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Three-dimensional printing and intellectual property law

Dinev, P. (2020). Three-dimensional printing and intellectual property law. (Unpublished Doctoral thesis, City, University of London)


As a technology which digitises tangible goods and allows users to convert informational content into physical objects on a potentially highly decentralised basis, three-dimensional (3D) printing may call into question well-established intellectual property (IP) norms and policies. The primary aim of this study is to assess the relationship between 3D printing and IP law in the UK by identifying potential novel issues and, if applicable, to offer specific solutions and recommendations. The above analysis is aided by a technological framework and an overview of classic IP theory which frames the debate and sets out the normative aims of the IP system, in addition to an empirical study involving two streams of data collection and 171 research subjects. Being one of the most comprehensive empirical studies on the topic to date, and the first of its kind, it aims to provide a more nuanced understanding of the issue and to contribute to evidence-based policymaking. Beyond its prescriptive aims, this work considers a range of ancillary issues which are not strictly limited to the question of reform but are nevertheless fundamental to the existing 3D printing community and its social norms, or to IP theory and practice more broadly.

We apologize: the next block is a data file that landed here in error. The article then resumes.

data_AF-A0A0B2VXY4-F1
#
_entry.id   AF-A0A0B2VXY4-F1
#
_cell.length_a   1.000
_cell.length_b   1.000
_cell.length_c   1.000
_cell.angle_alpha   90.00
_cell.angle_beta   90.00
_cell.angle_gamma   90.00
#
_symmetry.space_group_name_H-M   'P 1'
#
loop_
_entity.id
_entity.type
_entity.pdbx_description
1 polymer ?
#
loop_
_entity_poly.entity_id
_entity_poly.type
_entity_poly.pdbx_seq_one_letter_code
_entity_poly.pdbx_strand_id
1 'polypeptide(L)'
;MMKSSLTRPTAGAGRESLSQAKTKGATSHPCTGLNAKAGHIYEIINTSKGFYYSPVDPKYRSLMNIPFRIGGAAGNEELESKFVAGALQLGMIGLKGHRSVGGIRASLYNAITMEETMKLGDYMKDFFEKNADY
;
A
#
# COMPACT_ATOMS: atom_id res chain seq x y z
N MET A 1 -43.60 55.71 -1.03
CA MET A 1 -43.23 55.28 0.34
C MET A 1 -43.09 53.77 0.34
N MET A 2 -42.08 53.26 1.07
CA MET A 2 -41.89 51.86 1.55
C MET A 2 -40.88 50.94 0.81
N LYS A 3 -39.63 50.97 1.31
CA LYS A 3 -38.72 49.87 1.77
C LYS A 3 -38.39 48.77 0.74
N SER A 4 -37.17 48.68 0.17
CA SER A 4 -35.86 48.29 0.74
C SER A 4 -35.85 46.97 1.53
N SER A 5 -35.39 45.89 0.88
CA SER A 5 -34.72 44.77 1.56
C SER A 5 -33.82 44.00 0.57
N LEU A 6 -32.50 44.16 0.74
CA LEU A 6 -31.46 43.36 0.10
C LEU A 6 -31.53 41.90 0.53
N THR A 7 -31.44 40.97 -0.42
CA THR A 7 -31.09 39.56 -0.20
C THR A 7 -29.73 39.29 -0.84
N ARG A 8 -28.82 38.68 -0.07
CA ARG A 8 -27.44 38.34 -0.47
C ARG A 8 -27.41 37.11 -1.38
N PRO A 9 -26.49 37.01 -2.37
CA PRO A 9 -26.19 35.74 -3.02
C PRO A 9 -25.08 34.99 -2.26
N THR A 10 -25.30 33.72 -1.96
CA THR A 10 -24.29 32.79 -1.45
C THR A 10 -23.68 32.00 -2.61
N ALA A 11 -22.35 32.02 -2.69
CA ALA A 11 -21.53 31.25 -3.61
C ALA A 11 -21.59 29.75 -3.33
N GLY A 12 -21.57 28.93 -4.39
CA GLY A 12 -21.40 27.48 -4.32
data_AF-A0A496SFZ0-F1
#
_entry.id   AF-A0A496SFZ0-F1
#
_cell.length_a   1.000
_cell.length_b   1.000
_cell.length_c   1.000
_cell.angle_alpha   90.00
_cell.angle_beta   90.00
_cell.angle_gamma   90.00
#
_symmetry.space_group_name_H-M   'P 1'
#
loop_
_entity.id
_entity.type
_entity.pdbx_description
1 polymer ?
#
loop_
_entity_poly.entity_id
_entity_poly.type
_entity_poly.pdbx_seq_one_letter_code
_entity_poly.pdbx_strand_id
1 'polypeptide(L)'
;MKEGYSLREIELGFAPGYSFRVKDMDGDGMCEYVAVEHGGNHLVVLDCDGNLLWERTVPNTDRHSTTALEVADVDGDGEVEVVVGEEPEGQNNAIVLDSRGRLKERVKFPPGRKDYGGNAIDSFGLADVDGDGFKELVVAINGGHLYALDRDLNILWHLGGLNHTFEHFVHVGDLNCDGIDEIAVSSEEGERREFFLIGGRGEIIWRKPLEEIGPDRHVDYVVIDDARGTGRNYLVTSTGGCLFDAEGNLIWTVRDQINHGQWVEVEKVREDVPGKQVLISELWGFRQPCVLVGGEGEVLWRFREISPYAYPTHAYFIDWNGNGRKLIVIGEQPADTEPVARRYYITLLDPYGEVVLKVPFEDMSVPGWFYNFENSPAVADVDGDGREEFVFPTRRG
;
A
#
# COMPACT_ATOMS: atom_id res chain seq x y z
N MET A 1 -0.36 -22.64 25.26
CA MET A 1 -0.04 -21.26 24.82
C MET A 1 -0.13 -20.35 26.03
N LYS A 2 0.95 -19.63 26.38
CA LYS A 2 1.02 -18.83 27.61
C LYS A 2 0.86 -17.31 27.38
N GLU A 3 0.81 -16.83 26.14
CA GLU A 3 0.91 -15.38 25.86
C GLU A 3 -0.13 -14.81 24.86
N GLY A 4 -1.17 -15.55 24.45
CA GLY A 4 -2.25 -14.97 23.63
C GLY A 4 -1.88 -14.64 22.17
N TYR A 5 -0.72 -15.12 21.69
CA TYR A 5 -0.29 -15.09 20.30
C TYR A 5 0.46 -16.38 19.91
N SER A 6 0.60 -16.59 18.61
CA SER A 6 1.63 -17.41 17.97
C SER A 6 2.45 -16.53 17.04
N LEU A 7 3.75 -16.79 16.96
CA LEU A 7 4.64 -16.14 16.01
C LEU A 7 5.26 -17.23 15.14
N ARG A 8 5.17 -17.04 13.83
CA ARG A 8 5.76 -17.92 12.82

Publication Type: Thesis (Doctoral)
Subjects: K Law
Departments: Doctoral Theses
The City Law School > The City Law School Doctoral Theses
The City Law School
[thumbnail of PhD_Dinev_April (1).pdf] Text - Accepted Version
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